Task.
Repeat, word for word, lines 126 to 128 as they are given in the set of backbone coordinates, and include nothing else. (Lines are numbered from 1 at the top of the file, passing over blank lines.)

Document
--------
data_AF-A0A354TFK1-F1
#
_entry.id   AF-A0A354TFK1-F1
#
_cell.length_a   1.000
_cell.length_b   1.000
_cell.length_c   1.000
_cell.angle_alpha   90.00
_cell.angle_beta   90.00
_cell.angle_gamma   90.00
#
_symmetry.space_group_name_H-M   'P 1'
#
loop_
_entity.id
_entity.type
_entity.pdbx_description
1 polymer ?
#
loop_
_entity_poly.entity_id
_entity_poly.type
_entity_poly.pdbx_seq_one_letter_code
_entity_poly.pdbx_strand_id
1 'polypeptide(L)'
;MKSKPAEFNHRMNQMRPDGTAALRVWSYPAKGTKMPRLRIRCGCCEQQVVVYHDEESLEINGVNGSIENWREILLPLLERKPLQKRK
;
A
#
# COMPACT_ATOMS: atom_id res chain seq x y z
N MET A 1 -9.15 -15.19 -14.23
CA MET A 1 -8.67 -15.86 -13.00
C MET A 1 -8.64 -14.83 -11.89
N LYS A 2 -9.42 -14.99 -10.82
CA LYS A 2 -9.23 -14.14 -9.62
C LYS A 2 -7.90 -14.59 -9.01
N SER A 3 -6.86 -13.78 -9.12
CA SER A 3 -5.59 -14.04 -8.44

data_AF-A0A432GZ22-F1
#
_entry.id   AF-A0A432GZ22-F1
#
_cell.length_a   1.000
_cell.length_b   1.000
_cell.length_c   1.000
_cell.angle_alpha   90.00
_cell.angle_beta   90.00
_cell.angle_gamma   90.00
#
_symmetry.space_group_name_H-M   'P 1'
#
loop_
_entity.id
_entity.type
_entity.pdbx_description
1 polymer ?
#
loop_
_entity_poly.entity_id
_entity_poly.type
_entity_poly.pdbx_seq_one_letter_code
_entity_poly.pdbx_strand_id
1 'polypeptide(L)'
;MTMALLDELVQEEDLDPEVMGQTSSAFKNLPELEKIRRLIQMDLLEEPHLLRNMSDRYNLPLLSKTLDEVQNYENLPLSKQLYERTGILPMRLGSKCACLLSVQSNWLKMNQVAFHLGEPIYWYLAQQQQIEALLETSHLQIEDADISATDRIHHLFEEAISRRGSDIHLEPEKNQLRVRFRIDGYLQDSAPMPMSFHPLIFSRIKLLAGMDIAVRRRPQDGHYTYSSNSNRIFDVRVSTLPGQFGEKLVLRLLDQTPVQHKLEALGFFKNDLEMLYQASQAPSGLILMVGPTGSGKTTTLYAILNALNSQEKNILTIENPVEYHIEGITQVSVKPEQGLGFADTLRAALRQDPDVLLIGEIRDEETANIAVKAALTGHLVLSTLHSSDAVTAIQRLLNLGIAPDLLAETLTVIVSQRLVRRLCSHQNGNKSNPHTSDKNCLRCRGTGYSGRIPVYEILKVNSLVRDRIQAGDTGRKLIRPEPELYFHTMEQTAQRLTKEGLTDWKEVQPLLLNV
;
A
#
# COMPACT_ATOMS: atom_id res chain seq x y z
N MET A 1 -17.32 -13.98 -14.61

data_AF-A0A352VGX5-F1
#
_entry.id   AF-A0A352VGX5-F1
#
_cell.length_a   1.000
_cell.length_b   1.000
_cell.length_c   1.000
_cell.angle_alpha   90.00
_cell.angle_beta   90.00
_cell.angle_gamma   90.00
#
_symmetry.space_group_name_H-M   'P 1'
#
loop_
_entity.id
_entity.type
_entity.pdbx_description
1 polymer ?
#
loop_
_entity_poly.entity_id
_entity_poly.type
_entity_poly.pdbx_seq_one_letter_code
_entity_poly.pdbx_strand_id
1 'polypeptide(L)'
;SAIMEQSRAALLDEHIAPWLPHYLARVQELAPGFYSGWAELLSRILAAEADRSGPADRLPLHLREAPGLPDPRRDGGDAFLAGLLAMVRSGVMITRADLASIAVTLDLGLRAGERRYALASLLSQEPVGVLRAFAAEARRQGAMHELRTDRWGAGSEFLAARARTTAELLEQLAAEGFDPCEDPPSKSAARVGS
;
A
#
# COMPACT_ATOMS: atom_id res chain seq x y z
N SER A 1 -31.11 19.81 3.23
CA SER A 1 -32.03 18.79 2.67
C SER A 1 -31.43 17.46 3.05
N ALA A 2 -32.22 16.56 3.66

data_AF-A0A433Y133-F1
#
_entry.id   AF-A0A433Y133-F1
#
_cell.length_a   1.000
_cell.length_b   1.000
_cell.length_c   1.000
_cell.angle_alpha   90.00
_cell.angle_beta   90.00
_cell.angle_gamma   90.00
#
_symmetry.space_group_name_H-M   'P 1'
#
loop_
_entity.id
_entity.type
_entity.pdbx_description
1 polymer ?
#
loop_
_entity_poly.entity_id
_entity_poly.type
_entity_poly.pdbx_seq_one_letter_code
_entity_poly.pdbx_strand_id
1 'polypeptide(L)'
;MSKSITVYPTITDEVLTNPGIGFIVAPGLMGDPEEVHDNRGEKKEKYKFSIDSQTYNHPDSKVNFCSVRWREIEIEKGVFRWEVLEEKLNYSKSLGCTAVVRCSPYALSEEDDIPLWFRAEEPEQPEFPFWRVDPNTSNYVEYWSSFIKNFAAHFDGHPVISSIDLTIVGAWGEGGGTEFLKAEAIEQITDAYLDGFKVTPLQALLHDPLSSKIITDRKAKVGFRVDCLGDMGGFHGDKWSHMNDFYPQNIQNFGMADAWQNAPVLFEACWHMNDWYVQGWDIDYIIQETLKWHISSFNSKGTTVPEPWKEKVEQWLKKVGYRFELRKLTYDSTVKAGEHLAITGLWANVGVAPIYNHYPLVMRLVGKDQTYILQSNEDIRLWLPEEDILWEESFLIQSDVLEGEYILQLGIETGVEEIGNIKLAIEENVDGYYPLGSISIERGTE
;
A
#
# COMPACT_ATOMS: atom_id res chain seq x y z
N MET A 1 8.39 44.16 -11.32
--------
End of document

_entity_poly.pdbx_seq_one_letter_code
_entity_poly.pdbx_strand_id
1 'polypeptide(L)'